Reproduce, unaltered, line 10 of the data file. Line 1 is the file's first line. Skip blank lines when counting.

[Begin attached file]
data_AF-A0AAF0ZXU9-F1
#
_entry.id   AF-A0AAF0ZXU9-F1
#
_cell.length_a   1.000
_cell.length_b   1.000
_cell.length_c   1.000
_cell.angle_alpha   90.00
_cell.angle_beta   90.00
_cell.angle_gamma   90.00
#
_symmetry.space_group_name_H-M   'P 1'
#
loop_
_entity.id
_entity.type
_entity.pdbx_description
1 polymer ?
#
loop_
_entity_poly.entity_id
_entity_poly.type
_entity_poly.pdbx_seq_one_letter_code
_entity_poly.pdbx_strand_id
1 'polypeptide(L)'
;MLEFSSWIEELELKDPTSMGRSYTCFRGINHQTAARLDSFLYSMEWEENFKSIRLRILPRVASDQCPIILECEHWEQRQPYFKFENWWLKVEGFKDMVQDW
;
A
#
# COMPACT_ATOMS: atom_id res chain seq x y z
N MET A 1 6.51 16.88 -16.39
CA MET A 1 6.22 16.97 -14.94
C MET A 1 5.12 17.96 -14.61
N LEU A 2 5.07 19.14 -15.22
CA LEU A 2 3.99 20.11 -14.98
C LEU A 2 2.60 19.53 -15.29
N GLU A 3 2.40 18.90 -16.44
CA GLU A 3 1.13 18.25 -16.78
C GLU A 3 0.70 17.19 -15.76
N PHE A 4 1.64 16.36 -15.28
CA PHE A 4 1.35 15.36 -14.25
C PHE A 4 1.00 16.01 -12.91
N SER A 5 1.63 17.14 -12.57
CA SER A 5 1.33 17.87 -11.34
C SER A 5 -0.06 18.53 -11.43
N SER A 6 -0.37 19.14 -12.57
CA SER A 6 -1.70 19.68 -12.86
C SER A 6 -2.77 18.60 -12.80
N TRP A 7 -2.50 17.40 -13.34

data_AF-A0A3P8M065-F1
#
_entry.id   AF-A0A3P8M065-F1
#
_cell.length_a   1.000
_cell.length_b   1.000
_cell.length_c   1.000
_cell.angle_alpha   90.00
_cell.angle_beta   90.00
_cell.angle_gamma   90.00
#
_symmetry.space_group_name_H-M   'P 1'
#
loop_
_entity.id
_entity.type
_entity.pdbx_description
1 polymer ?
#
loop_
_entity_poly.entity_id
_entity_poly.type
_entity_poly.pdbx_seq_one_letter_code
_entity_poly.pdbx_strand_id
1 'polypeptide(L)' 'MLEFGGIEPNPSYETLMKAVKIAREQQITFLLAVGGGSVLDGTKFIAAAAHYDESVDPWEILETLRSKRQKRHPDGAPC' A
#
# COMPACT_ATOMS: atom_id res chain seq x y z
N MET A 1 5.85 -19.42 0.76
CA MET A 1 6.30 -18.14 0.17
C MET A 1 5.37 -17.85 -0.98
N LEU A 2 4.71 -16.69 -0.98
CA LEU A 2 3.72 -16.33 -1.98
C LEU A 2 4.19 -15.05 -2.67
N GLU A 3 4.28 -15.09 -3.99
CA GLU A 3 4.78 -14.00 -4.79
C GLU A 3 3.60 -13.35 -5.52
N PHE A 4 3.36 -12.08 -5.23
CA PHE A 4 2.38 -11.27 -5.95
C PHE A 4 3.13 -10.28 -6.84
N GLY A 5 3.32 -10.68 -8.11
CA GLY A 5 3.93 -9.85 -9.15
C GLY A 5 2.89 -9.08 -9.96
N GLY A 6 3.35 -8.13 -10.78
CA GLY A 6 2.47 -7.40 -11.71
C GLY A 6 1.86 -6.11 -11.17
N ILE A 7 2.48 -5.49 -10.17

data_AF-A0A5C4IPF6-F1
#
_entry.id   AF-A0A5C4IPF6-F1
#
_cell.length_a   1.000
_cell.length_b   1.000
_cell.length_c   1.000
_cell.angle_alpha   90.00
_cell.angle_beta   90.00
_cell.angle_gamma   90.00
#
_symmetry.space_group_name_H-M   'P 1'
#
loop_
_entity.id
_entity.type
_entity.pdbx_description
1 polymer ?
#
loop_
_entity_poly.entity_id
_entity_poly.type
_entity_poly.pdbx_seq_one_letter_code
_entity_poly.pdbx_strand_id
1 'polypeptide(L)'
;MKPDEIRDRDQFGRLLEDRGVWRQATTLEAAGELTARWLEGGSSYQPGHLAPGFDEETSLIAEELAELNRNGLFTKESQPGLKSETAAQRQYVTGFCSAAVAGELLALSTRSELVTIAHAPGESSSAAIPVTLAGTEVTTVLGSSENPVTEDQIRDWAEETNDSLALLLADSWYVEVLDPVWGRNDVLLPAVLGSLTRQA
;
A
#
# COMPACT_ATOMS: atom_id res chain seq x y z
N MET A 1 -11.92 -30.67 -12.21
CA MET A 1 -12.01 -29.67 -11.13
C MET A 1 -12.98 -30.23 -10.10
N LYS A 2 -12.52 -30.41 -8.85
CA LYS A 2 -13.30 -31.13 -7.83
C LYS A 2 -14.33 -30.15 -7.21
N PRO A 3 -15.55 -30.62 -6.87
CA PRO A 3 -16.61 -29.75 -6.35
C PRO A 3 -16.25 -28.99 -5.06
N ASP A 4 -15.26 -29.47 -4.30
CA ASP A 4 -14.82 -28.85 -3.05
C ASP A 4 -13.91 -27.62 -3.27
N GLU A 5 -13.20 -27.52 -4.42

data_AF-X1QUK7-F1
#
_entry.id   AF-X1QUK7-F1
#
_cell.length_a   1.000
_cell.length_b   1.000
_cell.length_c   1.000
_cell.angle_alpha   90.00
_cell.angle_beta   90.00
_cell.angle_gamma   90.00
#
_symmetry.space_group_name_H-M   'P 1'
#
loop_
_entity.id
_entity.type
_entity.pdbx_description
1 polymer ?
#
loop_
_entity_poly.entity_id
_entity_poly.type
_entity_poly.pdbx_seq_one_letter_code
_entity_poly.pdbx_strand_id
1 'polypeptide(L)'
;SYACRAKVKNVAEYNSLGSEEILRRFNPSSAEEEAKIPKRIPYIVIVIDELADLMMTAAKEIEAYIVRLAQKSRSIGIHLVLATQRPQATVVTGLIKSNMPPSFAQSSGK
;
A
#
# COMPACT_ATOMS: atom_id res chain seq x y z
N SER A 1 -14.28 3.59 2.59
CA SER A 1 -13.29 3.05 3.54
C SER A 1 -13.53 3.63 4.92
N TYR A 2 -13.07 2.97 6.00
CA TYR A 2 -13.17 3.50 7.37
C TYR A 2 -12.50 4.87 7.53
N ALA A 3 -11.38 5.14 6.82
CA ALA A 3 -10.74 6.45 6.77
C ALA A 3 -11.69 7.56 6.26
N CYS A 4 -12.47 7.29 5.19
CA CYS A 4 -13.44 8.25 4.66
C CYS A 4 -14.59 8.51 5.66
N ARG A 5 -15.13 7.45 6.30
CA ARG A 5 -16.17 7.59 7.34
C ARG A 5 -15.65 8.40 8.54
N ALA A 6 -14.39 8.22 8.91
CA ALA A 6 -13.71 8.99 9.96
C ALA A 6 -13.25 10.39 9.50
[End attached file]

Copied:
_cell.angle_gamma   90.00